Tree-ring research illuminates early fire history of Lower Michigan


Illustration by Spencer High

By Marie Orttenburger

Fire is top of mind for many Americans as wildfire season takes hold in the western U.S.

Fire suppression, prescribed fire and how we adapt are just some of the topics that are sparking conversation.

The Great Lakes region doesn’t boast as notorious a connection with wildfire as the West. But many of its ecosystems were shaped by fire, and they too are suffering. They face a different kind of fire-related destruction. They have shrunk to a tiny fraction of their original footprint.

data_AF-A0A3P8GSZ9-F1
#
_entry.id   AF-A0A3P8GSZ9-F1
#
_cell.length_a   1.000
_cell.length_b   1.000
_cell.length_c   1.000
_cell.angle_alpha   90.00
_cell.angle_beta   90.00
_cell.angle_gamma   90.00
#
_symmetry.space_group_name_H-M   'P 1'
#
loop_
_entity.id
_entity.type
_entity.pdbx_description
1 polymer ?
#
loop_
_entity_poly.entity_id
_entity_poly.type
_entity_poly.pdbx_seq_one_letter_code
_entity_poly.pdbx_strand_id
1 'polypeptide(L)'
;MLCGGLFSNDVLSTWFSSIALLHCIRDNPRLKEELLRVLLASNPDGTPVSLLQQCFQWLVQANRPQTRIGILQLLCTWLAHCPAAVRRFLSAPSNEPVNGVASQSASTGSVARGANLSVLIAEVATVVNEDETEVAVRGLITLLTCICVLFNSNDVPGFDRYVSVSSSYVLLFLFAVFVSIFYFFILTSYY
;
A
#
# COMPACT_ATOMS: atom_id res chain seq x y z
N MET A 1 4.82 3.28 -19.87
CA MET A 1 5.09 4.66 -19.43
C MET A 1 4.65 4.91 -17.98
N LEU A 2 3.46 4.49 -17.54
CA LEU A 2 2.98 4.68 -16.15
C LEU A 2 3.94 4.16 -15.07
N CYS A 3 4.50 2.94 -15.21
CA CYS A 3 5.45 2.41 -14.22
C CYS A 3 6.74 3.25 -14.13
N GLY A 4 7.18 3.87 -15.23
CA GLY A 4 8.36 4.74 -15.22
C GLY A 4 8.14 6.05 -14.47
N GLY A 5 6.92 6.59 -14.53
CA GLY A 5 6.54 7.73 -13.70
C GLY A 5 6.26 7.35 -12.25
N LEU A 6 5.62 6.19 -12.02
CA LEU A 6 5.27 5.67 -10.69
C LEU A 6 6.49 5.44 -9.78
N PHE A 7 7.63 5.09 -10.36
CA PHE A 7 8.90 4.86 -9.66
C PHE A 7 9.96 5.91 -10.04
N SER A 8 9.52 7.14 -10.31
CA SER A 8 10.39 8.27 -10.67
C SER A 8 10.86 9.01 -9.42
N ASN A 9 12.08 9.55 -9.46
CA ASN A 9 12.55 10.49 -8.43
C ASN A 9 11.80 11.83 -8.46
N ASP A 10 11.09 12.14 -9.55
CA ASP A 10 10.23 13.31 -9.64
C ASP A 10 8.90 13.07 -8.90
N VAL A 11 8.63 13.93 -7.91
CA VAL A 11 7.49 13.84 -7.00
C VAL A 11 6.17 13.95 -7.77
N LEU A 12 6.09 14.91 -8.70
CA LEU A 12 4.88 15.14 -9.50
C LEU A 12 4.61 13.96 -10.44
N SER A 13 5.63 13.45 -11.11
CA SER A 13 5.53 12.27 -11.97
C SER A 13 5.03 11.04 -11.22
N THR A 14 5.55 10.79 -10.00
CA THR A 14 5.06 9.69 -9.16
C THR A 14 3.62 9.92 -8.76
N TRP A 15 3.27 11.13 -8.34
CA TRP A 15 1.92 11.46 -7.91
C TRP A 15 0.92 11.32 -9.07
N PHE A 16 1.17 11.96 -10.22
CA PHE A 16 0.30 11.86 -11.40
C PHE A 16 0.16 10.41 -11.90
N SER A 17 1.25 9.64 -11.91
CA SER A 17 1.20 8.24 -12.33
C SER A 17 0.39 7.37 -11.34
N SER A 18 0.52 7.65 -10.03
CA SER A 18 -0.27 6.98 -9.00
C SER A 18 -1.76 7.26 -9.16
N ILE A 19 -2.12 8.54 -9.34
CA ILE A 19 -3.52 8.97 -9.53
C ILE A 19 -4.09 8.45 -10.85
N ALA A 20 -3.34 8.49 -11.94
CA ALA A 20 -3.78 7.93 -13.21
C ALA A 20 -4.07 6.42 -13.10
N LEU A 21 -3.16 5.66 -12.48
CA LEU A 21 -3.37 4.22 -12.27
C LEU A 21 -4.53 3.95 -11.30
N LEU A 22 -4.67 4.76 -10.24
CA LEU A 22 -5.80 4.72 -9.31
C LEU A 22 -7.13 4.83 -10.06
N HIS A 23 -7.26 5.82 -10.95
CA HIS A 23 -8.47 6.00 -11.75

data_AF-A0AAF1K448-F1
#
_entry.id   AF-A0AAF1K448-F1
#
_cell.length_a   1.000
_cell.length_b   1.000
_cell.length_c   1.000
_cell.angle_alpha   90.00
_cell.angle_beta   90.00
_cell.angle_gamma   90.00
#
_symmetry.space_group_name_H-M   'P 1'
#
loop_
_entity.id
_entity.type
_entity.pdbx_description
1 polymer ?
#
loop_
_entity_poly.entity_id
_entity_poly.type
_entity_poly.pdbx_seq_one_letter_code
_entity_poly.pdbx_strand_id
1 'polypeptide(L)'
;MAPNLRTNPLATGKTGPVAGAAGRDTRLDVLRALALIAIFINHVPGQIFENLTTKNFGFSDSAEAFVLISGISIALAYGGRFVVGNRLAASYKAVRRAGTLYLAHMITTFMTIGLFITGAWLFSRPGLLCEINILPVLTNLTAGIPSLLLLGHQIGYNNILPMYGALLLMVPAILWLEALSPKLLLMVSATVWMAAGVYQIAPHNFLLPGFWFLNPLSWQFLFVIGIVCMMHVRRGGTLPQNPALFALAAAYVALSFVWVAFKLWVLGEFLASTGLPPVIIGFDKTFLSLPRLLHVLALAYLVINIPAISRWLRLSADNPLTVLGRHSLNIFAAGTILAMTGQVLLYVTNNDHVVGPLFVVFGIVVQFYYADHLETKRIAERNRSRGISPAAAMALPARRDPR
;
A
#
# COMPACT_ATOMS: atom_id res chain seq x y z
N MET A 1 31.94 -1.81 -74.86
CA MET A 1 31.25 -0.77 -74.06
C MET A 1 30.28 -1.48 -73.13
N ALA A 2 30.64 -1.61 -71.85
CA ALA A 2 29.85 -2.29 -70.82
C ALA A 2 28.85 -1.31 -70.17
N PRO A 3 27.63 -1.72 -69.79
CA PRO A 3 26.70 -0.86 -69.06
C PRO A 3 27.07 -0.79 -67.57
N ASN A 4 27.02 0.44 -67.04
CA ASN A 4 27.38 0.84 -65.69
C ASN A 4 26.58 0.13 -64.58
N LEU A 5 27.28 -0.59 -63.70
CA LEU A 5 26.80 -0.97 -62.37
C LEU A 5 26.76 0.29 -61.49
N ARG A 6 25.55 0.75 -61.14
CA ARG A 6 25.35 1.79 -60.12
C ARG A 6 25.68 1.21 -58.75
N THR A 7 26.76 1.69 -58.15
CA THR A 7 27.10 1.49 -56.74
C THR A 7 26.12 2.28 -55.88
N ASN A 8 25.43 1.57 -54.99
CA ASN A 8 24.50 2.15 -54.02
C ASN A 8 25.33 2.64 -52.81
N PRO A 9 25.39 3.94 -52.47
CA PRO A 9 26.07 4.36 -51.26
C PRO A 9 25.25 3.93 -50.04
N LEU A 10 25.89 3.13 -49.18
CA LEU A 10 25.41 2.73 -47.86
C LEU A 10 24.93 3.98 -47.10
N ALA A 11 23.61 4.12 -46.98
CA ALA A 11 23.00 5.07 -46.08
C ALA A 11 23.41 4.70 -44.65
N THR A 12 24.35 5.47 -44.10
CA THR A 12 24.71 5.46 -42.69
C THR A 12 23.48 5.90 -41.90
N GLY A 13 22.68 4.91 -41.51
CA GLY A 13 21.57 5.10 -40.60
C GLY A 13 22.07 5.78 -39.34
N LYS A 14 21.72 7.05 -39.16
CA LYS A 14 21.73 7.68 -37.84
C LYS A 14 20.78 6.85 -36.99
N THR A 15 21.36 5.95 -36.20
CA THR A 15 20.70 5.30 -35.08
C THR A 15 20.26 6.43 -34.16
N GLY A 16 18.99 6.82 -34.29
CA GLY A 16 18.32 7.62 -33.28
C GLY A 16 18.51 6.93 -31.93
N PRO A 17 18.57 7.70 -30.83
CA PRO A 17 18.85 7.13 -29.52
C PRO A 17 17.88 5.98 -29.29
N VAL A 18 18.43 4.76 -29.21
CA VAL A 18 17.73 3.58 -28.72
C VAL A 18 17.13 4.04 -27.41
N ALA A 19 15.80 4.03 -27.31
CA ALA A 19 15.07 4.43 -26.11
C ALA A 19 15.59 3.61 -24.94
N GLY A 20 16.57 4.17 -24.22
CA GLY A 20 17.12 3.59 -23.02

This week, Great Lakes Echo is republishing a series of stories exploring the past, present and future of fire in Michigan.

The first story follows researchers studying fire scars on tree rings to determine how frequently and intensely fire historically occurred on Michigan lands—research that has something to say about how we might use fire to support our ecosystems today and in the future. Read it here.

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